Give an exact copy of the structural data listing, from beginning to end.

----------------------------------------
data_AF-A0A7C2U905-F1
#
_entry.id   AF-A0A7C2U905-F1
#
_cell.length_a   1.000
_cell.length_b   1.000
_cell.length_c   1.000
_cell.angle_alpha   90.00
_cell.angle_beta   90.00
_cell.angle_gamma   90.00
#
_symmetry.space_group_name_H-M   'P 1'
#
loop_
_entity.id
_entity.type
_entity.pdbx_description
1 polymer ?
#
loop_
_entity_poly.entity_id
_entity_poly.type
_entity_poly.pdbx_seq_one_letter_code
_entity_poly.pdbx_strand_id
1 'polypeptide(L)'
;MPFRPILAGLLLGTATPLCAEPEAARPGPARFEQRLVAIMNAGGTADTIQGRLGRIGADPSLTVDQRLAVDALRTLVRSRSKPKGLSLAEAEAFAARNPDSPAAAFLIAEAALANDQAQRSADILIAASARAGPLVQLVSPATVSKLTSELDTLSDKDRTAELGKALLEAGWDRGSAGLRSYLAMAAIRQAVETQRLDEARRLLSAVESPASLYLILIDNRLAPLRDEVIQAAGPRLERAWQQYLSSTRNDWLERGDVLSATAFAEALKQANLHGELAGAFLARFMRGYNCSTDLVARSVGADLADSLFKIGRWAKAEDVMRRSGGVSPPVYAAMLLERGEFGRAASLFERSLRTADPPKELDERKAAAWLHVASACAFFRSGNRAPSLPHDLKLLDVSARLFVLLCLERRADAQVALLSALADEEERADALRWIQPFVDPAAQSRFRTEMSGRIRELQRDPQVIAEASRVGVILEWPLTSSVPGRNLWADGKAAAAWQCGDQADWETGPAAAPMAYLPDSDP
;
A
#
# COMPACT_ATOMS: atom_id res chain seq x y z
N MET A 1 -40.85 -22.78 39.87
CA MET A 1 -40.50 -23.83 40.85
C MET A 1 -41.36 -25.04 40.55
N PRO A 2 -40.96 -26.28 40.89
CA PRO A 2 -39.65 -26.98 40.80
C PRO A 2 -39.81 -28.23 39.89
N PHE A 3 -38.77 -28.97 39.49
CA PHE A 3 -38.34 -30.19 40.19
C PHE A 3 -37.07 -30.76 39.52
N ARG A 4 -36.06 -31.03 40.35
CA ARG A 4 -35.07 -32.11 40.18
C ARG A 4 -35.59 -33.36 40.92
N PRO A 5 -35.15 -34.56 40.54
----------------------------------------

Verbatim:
data_AF-A0A7C2U905-F1
#
_entry.id   AF-A0A7C2U905-F1
#
_cell.length_a   1.000
_cell.length_b   1.000
_cell.length_c   1.000
_cell.angle_alpha   90.00
_cell.angle_beta   90.00
_cell.angle_gamma   90.00
#
_symmetry.space_group_name_H-M   'P 1'
#
loop_
_entity.id
_entity.type
_entity.pdbx_description
1 polymer ?
#
loop_
_entity_poly.entity_id
_entity_poly.type
_entity_poly.pdbx_seq_one_letter_code
_entity_poly.pdbx_strand_id
1 'polypeptide(L)'
;MPFRPILAGLLLGTATPLCAEPEAARPGPARFEQRLVAIMNAGGTADTIQGRLGRIGADPSLTVDQRLAVDALRTLVRSRSKPKGLSLAEAEAFAARNPDSPAAAFLIAEAALANDQAQRSADILIAASARAGPLVQLVSPATVSKLTSELDTLSDKDRTAELGKALLEAGWDRGSAGLRSYLAMAAIRQAVETQRLDEARRLLSAVESPASLYLILIDNRLAPLRDEVIQAAGPRLERAWQQYLSSTRNDWLERGDVLSATAFAEALKQANLHGELAGAFLARFMRGYNCSTDLVARSVGADLADSLFKIGRWAKAEDVMRRSGGVSPPVYAAMLLERGEFGRAASLFERSLRTADPPKELDERKAAAWLHVASACAFFRSGNRAPSLPHDLKLLDVSARLFVLLCLERRADAQVALLSALADEEERADALRWIQPFVDPAAQSRFRTEMSGRIRELQRDPQVIAEASRVGVILEWPLTSSVPGRNLWADGKAAAAWQCGDQADWETGPAAAPMAYLPDSDP
;
A
#
# COMPACT_ATOMS: atom_id res chain seq x y z
N MET A 1 -40.85 -22.78 39.87
CA MET A 1 -40.50 -23.83 40.85
C MET A 1 -41.36 -25.04 40.55
N PRO A 2 -40.96 -26.28 40.89
CA PRO A 2 -39.65 -26.98 40.80
C PRO A 2 -39.81 -28.23 39.89
N PHE A 3 -38.77 -28.97 39.49
CA PHE A 3 -38.34 -30.19 40.19
C PHE A 3 -37.07 -30.76 39.52
N ARG A 4 -36.06 -31.03 40.35
CA ARG A 4 -35.07 -32.11 40.18
C ARG A 4 -35.59 -33.36 40.92
N PRO A 5 -35.15 -34.56 40.54